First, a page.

In today’s times where the buzzword seems to be Saudisation or Emiratisation or Omanisation for that matter, it is often easy to overlook the contributions made by others who came to this vast peninsula of sand and paid in sweat and effort towards the development of this country, particularly in the last few decades. They usually remain in the background.
But that does not in any way imply that they remain ineffectual. And perhaps no expat community or guest workers can boldly claim the mantle of the influential movers within the expat community today as the Filipinos justifiably could. Whether in sports or in any other field, the Filipinos stand out as they seem to do extremely well in every line of work. Professional and courteous, they manage to while away at their jobs with a smile.
Be they doctors or engineers, nurses or technicians, service personnel or salesmen, these hundreds of thousand guest workers have every right to be recognised for the positive efforts they have exerted towards the building and running Saudi Arabia. And it is not just within the scope of their jobs that they have excelled in.
Even within their own community, they have built the network of a large family. One that proudly looks after its own. There are Filipino organisations and Filipino community leaders who use their time and resources to help other fellow Filipinos learn and refine the skills needed on their jobs, such as computer training, business skills, medical assistance, etc.
Filipino organisations offer free training
In Saudi Arabia, a Filipino-run NGO, the Overseas Filipino Workers Cooperative Council is one of those who helps tirelessly in providing continuing education to a lot of Filipinos through computer literacy programmes and how to organise, manage and create cooperative organisations. The expats may use these skills to start their own business when they return home for good. The seminars and training offered are virtually free of charge.
The Alyansa ng mga Samahang Pilipino sa Ibayong Dagat (ALYANSA) is an organisation of Filipinos that provides assistance for the OFWs’ welfare, such as in the case of the 13 Filipino fishermen stranded in Saudi Arabia recently. They were able to return home because the group was in constant communication with the relevant authorities and even helped them with their basic needs such as food, clothing and shelter. This organisation also helps OFWs who are abused by their employers and also, those who are in jail and need legal assistance and counselling.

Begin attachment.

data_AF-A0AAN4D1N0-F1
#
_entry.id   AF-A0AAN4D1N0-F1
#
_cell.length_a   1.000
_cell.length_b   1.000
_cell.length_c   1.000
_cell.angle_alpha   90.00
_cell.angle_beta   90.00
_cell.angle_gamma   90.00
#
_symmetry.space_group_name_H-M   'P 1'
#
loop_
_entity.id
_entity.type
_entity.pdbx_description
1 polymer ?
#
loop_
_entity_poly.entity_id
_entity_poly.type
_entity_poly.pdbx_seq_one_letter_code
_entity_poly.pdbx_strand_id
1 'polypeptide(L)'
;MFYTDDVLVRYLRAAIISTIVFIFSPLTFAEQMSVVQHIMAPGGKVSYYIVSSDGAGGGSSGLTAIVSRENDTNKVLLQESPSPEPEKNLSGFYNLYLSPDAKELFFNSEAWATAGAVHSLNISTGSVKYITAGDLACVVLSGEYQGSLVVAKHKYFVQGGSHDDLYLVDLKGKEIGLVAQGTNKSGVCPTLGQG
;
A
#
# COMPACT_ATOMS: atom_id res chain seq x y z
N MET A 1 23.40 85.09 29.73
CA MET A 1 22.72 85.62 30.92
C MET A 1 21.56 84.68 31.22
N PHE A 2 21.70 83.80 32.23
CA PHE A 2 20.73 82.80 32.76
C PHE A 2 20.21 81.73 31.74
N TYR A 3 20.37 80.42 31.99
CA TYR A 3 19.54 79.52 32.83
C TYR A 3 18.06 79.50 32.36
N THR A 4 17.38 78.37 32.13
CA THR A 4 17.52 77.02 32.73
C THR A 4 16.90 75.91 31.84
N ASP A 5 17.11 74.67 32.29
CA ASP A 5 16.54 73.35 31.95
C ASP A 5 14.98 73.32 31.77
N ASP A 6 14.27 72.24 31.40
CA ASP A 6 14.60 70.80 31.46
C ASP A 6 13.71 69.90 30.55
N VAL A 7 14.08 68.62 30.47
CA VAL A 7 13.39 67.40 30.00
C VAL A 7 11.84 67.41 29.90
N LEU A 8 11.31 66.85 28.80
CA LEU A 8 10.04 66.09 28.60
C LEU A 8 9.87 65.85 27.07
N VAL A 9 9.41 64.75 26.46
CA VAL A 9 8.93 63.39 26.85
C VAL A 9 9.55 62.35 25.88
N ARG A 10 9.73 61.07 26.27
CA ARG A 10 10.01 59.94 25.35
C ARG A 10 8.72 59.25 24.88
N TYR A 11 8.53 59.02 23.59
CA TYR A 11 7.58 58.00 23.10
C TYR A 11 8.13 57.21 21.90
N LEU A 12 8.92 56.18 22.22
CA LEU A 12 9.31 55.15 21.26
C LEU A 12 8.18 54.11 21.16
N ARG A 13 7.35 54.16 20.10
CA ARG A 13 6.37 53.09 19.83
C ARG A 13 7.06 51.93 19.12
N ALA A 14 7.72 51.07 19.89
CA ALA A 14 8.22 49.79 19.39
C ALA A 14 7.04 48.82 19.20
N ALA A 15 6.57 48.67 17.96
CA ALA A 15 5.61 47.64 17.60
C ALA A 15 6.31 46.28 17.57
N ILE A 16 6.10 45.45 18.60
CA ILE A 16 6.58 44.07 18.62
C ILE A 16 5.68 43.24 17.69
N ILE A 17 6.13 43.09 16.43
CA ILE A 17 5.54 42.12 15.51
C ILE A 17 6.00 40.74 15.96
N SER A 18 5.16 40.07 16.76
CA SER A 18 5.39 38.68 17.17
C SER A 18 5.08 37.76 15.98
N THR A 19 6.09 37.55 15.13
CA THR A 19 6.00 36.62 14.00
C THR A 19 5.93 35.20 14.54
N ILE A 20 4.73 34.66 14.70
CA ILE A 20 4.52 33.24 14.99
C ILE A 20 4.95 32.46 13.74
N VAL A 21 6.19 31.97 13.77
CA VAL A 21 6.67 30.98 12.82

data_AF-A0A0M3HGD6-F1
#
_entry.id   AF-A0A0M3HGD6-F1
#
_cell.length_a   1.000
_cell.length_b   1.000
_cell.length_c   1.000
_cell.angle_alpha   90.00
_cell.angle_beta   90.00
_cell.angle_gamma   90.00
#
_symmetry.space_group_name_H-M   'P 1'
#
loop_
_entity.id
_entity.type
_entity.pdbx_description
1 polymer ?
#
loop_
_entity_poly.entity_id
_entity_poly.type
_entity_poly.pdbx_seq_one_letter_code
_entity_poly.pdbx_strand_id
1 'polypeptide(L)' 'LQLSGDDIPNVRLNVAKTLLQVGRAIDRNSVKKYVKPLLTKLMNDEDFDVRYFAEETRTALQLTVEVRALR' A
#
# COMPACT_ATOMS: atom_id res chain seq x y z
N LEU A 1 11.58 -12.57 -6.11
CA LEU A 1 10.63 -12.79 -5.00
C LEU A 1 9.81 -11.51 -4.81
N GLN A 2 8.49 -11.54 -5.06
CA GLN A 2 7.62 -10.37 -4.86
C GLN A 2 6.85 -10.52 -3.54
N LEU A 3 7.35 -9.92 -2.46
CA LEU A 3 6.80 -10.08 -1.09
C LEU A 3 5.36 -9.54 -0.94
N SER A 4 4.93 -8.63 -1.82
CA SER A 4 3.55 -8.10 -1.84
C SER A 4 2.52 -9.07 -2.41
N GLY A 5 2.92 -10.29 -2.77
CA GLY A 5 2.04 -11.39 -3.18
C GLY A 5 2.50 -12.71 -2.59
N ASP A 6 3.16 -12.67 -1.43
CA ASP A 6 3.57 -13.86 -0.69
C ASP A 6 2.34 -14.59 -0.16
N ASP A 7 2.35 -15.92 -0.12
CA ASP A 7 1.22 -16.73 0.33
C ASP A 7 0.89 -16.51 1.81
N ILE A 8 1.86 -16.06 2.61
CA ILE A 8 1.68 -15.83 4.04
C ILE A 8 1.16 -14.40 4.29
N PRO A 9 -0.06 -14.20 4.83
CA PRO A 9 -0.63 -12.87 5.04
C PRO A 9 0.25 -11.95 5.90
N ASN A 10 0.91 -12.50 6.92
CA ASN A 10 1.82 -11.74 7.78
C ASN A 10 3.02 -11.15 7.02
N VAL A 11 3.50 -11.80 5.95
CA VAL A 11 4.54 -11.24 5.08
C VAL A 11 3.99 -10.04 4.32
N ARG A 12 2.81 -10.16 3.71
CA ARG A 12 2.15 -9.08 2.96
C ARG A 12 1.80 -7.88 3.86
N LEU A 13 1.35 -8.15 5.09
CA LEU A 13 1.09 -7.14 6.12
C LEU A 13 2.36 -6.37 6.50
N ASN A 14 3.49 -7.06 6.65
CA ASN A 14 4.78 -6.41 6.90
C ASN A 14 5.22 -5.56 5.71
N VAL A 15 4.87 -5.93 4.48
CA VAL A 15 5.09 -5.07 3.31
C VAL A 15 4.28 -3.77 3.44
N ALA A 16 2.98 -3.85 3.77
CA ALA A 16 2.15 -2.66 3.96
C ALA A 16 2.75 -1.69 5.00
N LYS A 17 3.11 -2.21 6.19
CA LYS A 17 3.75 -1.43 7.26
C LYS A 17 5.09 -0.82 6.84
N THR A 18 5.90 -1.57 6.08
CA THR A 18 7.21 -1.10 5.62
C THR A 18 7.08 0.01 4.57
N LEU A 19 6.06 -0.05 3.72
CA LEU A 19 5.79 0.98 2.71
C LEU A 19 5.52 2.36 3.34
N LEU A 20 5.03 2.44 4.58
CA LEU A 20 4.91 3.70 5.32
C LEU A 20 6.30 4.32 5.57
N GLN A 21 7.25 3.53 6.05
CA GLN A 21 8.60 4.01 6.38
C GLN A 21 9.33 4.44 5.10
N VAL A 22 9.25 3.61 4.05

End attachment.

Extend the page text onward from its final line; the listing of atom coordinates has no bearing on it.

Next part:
CISA (Circulo Ilongo — Saudi Arabia) participates in a group of humanitarians who have been conducting medical mission. The project caters to providing free medical consultations with medical prescriptions, health education and awareness lectures, dental services, and basic laboratory tests and anti-meningitis vaccination drives.
The Filipinos here in the [Saudi] kingdom and elsewhere, just as the hundreds of thousands who had passed through this soil in earlier years have every reason to be proud! They have indeed given it all that they had.
Most of the recipients are Filipinos and other expatriates who cannot always avail of such services mainly due to the reasons that these people are not always covered by medical insurances that only big companies can afford.
These are but a few groups mentioned among countless others that are putting a lot of effort and free time and using their own resources towards other Filipinos. One of the key areas that many of the expatriate workers need help is in the legal system, particularly when their rights are usurped by unscrupulous employers. We have all heard of the tales of worker abuse at the hands of some really bad employers.
Even in local sports, there are many Filipino groups who are actively conducting and participating in leagues such as bowling, basketball, tennis, darts, chess, etc. One just has to read the Sports section of any local newspaper, especially to realise their impact on the domestic sports arena.
Such efforts are not only confined to workers from the Philippines. Indians, Pakistanis, Nepalis and others working in the Gulf countries have all formed similar institutions with the intent of helping out their compatriots in times of need, although on a much smaller scale. The purpose is to serve the dire needs of their compatriots. TN FIDET (Tamil Nadu Fishermen Development Trust) is another such NGO which serves Indian fishermen working in Gulf waters.
The Filipinos here in the kingdom and elsewhere, just as the hundreds of thousands who had passed through this soil in earlier years have every reason to be proud! They have indeed given it all that they had, and with a pleasant smile. And to them, we hold our heads in gratitude. Maraming salamat sa inyong lahat.
And lest we not forget other nationals; to them too we say ‘Thank you.’
— Tariq A. Al Maeena is a Saudi socio-political commentator. He lives in Jeddah, Saudi Arabia. Twitter: @talmaeena